Tuesday, October 26, 2021

#IReadsYou Review: HOME SICK PILOTS #4

IMAGE COMICS – @ImageComics

[This review was originally posted on Patreon.]

STORY: Dan Watters
ART: Caspar Wijngaard
COLORS: Caspar Wijngaard
LETTERS: Aditya Bidikar
DESIGN: Tom Muller
COVER: Caspar Wijngaard
28pp, Colors, 3.99 U.S. (March 2021)

Rated “M/Mature”

Home Sick Pilots created by Dan Watters and Caspar Wijngaard

Home Sick Pilots is a comic book series created by writer Dan Watters and artist Caspar Wijngaard, the creative team of the comic book, Limbo.  Home Sick Pilots focuses on a group of teens and a haunted house with an evil mind of its own.  Letterer Aditya Bidikar and designer Tom Muller complete the series' creative team.

Home Sick Pilots opens in Santa Manos, California, July 18, 1994.  A haunted house known as “the old James house” walks across California, and inside is Ami, the lead singer of the high school punk band, “Home Sick Pilots.”  Ami has been missing for weeks, so how did she get in the old James house?  It has ghosts, and Ami has to find them.  But can Ami be found … and helped?

As Home Sick Pilots #4 opens, the Home Sick Pilots are reunited – kind of.  The ghosts and entities are watching Ami's actions ever closer, as she continues to capture the ghosts that must be returned to the old James House.  Who else knows about the ghosts and what can that knowledge gain?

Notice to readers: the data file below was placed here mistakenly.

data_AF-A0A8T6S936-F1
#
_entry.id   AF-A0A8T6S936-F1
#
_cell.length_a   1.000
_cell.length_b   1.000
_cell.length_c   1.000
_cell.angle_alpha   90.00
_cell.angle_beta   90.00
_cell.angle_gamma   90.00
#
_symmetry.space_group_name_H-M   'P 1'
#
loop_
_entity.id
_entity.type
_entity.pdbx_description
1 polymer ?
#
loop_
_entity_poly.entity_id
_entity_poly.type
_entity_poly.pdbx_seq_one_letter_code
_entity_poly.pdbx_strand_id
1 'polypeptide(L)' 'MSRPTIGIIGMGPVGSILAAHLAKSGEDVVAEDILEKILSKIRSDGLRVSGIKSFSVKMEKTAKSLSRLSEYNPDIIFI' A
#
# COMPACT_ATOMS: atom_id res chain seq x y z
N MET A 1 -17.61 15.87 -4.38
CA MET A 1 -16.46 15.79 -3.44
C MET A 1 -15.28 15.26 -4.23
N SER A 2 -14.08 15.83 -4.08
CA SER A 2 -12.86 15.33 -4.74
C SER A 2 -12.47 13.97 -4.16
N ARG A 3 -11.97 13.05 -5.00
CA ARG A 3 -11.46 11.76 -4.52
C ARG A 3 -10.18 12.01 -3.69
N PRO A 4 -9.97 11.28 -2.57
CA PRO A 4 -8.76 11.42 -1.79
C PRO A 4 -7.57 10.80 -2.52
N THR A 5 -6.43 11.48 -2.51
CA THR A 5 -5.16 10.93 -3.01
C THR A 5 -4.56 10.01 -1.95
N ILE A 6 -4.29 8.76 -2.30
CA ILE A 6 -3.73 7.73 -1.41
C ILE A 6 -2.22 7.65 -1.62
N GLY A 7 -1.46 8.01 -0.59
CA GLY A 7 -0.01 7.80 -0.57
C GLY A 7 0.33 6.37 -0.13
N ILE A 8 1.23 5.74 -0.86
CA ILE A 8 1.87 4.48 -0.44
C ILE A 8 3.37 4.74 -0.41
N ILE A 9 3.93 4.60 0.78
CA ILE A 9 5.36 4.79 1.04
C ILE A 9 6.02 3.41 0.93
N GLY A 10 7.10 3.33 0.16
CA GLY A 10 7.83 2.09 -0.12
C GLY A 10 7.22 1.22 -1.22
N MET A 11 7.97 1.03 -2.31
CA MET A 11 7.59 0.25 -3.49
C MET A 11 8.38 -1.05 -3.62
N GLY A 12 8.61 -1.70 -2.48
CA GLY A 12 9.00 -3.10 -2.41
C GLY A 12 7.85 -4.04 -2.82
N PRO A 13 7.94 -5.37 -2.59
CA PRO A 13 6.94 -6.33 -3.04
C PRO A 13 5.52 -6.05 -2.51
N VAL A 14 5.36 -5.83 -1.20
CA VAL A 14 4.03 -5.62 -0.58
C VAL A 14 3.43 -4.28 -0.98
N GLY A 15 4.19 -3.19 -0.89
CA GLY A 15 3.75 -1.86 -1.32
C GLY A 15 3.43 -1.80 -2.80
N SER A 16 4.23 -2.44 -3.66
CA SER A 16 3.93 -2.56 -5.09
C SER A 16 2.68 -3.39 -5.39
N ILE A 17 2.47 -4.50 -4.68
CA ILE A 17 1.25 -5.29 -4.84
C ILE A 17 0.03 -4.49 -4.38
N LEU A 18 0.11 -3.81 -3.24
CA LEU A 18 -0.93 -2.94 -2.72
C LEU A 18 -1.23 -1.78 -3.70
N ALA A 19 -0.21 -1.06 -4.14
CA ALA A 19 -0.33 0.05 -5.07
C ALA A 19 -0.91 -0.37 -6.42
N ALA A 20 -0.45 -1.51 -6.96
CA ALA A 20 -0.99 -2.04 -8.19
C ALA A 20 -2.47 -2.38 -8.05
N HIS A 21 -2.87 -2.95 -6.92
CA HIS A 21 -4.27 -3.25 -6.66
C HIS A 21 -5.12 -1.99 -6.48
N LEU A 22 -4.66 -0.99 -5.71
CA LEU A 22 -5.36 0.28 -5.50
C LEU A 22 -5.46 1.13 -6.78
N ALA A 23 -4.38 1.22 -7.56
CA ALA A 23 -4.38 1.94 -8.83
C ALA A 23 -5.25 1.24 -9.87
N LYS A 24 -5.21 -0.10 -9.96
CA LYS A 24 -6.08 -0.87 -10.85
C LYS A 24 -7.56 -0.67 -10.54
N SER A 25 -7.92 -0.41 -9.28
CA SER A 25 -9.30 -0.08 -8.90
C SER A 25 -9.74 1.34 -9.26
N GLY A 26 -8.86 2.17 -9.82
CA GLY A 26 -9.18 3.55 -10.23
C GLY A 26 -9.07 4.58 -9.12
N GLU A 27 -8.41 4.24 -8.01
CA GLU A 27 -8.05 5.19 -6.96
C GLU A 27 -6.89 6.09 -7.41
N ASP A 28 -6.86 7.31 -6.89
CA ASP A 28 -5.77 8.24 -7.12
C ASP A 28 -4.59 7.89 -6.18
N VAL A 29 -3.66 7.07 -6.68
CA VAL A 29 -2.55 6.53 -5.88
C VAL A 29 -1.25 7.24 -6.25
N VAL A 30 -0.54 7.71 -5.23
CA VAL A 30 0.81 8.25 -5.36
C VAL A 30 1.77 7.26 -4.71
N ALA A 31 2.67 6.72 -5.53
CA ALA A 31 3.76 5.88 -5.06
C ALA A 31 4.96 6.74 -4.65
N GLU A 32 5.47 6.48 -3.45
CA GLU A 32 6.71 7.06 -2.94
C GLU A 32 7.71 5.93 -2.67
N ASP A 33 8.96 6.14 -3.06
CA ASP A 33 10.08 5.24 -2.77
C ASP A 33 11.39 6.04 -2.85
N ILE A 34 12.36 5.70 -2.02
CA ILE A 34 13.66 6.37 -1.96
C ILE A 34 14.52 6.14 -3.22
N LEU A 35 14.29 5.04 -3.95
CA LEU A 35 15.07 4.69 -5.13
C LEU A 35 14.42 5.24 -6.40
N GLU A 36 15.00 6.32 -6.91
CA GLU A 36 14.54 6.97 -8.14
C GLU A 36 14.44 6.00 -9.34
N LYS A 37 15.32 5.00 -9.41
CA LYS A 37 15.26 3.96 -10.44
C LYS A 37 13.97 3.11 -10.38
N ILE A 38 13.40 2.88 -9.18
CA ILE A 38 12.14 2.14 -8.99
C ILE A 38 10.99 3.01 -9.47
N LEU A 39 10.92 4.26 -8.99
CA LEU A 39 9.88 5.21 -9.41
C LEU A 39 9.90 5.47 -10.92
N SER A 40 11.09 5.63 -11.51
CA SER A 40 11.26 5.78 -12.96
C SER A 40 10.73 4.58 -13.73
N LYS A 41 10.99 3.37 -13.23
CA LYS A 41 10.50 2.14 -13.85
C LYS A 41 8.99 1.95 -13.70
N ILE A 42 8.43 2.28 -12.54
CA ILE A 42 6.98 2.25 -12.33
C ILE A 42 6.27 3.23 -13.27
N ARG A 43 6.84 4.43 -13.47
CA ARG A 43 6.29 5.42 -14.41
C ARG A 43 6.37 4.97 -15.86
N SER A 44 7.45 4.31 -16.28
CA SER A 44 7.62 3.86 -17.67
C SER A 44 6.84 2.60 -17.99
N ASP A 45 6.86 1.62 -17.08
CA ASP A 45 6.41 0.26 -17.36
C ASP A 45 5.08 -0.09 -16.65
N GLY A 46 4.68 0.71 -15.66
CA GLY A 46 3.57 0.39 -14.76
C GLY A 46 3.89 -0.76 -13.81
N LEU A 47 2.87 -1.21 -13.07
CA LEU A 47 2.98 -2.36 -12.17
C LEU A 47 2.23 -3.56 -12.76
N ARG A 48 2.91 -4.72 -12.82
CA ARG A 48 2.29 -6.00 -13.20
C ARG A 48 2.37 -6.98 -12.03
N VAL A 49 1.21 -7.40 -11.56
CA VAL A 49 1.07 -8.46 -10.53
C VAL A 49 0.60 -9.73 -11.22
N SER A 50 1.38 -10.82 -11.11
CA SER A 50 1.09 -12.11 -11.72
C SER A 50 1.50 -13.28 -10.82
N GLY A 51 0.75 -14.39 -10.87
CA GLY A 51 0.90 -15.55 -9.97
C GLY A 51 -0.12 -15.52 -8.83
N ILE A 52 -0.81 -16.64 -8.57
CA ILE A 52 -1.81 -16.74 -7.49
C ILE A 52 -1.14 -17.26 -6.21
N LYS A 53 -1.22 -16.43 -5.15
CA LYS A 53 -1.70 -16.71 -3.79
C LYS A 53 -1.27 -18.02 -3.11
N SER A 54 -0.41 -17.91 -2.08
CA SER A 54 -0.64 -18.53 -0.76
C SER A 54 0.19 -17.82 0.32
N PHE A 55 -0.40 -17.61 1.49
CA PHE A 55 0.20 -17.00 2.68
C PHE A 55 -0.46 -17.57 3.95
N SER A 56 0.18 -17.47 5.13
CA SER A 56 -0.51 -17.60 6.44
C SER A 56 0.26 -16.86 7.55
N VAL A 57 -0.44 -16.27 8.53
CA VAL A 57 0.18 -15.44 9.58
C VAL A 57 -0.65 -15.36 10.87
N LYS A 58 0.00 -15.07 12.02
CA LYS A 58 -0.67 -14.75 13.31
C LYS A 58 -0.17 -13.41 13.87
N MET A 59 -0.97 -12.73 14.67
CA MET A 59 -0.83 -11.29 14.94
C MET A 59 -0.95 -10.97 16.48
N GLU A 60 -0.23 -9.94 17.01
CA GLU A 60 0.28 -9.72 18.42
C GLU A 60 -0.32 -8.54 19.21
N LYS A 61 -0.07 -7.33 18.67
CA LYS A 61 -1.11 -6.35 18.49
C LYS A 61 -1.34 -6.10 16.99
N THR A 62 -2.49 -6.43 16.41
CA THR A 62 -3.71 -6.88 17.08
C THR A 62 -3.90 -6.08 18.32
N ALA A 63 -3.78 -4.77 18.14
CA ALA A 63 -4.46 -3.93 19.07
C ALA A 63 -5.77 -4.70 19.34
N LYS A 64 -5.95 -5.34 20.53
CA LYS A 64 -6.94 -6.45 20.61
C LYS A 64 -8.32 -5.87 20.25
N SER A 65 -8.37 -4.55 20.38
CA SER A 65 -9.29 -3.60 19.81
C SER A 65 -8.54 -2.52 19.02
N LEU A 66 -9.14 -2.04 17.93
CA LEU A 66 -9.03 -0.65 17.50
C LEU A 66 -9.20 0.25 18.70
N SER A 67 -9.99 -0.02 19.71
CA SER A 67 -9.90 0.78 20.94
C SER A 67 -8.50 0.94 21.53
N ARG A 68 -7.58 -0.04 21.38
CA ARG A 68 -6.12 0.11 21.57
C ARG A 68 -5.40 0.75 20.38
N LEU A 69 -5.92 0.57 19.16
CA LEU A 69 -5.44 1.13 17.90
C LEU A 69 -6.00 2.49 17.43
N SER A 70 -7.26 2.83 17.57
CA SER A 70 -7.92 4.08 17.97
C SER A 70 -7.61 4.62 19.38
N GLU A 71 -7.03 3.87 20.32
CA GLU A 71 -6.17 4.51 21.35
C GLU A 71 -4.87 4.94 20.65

Now, Ami finds herself battling haunted video tape from a possessed video cassette, and it can connect to VHS machines.  Elsewhere, the house armors Buzz and sends him to rescue Ami, but when new entities arrive, Ami understands that whatever honeymoon she has with this house is over.

THE LOWDOWN:  At some point in the run up to the debut of Home Sick Pilots, the series was described as being a blend of author Shirley Jackson's novel, The Haunting of Hill House (1959); the comic book series, Paper Girls, and Power Rangers.  I am not familiar with Paper Girls, but I am familiar with the Jackson novel via the 1963 and 1999 film adaptations, and I have watched some episodes of Power Rangers.

I am starting to see those connections, but I don't want to do a disservice to Home Sick Pilots.  It is both a unique creature and creation.  Dan Watters' script moves between mysterious and weird and exciting and scary, and he always offers something new.  Caspar Wijngaard's art and colors present this constant flow of new imagination in electrifying and sometimes breathless storytelling.

So, I will keep heartily recommending Home Sick Pilots.  Hopefully, dear readers, you won't get left too far behind, although it will be fun playing catch-up.

I READS YOU RECOMMENDS:  Fans of offbeat and imaginative supernatural comic books will want to fly with the Home Sick Pilots.

9 out of 10

Reviewed by Leroy Douresseaux a.k.a. "I Reads You"


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